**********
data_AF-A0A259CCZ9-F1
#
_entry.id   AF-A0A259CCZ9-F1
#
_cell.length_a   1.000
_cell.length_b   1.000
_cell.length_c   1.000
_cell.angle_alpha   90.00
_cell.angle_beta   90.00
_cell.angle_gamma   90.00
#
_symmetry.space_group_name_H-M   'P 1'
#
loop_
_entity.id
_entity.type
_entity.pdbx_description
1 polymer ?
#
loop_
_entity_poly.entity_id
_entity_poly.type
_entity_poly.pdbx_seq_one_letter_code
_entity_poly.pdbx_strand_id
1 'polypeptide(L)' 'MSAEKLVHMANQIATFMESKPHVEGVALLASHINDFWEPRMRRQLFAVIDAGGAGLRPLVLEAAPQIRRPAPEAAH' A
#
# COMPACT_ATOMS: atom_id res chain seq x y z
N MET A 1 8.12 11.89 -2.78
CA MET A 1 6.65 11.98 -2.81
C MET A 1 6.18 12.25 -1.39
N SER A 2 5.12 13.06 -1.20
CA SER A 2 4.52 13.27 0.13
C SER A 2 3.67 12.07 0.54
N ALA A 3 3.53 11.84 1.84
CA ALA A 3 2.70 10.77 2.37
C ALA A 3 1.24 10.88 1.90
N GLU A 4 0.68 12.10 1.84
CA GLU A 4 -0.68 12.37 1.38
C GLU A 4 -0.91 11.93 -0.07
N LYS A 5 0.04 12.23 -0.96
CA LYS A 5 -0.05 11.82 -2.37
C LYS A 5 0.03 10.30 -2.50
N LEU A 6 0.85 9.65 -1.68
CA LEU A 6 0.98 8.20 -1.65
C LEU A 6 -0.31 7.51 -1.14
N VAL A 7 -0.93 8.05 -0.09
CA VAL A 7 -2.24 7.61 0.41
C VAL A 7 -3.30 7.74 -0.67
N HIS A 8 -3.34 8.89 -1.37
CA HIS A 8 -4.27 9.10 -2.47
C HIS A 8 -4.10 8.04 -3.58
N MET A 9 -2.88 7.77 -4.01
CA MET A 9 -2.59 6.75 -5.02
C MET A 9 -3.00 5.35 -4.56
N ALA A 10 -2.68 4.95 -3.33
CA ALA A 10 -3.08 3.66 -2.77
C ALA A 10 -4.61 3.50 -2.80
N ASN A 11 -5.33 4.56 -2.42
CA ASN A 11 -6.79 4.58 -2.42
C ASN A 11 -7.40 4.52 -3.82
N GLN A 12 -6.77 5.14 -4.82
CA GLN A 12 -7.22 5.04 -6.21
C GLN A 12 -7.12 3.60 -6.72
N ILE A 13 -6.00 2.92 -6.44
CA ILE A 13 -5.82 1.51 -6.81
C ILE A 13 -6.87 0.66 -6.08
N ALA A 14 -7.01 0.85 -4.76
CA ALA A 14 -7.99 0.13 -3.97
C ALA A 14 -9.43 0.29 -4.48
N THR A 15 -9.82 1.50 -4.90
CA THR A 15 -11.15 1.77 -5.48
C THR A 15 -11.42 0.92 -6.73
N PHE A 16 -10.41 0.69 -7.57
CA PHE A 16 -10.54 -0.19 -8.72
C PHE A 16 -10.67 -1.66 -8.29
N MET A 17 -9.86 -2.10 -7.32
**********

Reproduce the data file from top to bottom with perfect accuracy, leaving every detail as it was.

data_AF-A0A259CCZ9-F1
#
_entry.id   AF-A0A259CCZ9-F1
#
_cell.length_a   1.000
_cell.length_b   1.000
_cell.length_c   1.000
_cell.angle_alpha   90.00
_cell.angle_beta   90.00
_cell.angle_gamma   90.00
#
_symmetry.space_group_name_H-M   'P 1'
#
loop_
_entity.id
_entity.type
_entity.pdbx_description
1 polymer ?
#
loop_
_entity_poly.entity_id
_entity_poly.type
_entity_poly.pdbx_seq_one_letter_code
_entity_poly.pdbx_strand_id
1 'polypeptide(L)' 'MSAEKLVHMANQIATFMESKPHVEGVALLASHINDFWEPRMRRQLFAVIDAGGAGLRPLVLEAAPQIRRPAPEAAH' A
#
# COMPACT_ATOMS: atom_id res chain seq x y z
N MET A 1 8.12 11.89 -2.78
CA MET A 1 6.65 11.98 -2.81
C MET A 1 6.18 12.25 -1.39
N SER A 2 5.12 13.06 -1.20
CA SER A 2 4.52 13.27 0.13
C SER A 2 3.67 12.07 0.54
N ALA A 3 3.53 11.84 1.84
CA ALA A 3 2.70 10.77 2.37
C ALA A 3 1.24 10.88 1.90
N GLU A 4 0.68 12.10 1.84
CA GLU A 4 -0.68 12.37 1.38
C GLU A 4 -0.91 11.93 -0.07
N LYS A 5 0.04 12.23 -0.96
CA LYS A 5 -0.05 11.82 -2.37
C LYS A 5 0.03 10.30 -2.50
N LEU A 6 0.85 9.65 -1.68
CA LEU A 6 0.98 8.20 -1.65
C LEU A 6 -0.31 7.51 -1.14
N VAL A 7 -0.93 8.05 -0.09
CA VAL A 7 -2.24 7.61 0.41
C VAL A 7 -3.30 7.74 -0.67
N HIS A 8 -3.34 8.89 -1.37
CA HIS A 8 -4.27 9.10 -2.47
C HIS A 8 -4.10 8.04 -3.58
N MET A 9 -2.88 7.77 -4.01
CA MET A 9 -2.59 6.75 -5.02
C MET A 9 -3.00 5.35 -4.56
N ALA A 10 -2.68 4.95 -3.33
CA ALA A 10 -3.08 3.66 -2.77
C ALA A 10 -4.61 3.50 -2.80
N ASN A 11 -5.33 4.56 -2.42
CA ASN A 11 -6.79 4.58 -2.42
C ASN A 11 -7.40 4.52 -3.82
N GLN A 12 -6.77 5.14 -4.82
CA GLN A 12 -7.22 5.04 -6.21
C GLN A 12 -7.12 3.60 -6.72
N ILE A 13 -6.00 2.92 -6.44
CA ILE A 13 -5.82 1.51 -6.81
C ILE A 13 -6.87 0.66 -6.08
N ALA A 14 -7.01 0.85 -4.76
CA ALA A 14 -7.99 0.13 -3.97
C ALA A 14 -9.43 0.29 -4.48
N THR A 15 -9.82 1.50 -4.90
CA THR A 15 -11.15 1.77 -5.48
C THR A 15 -11.42 0.92 -6.73
N PHE A 16 -10.41 0.69 -7.57
CA PHE A 16 -10.54 -0.19 -8.72
C PHE A 16 -10.67 -1.66 -8.29
N MET A 17 -9.86 -2.10 -7.32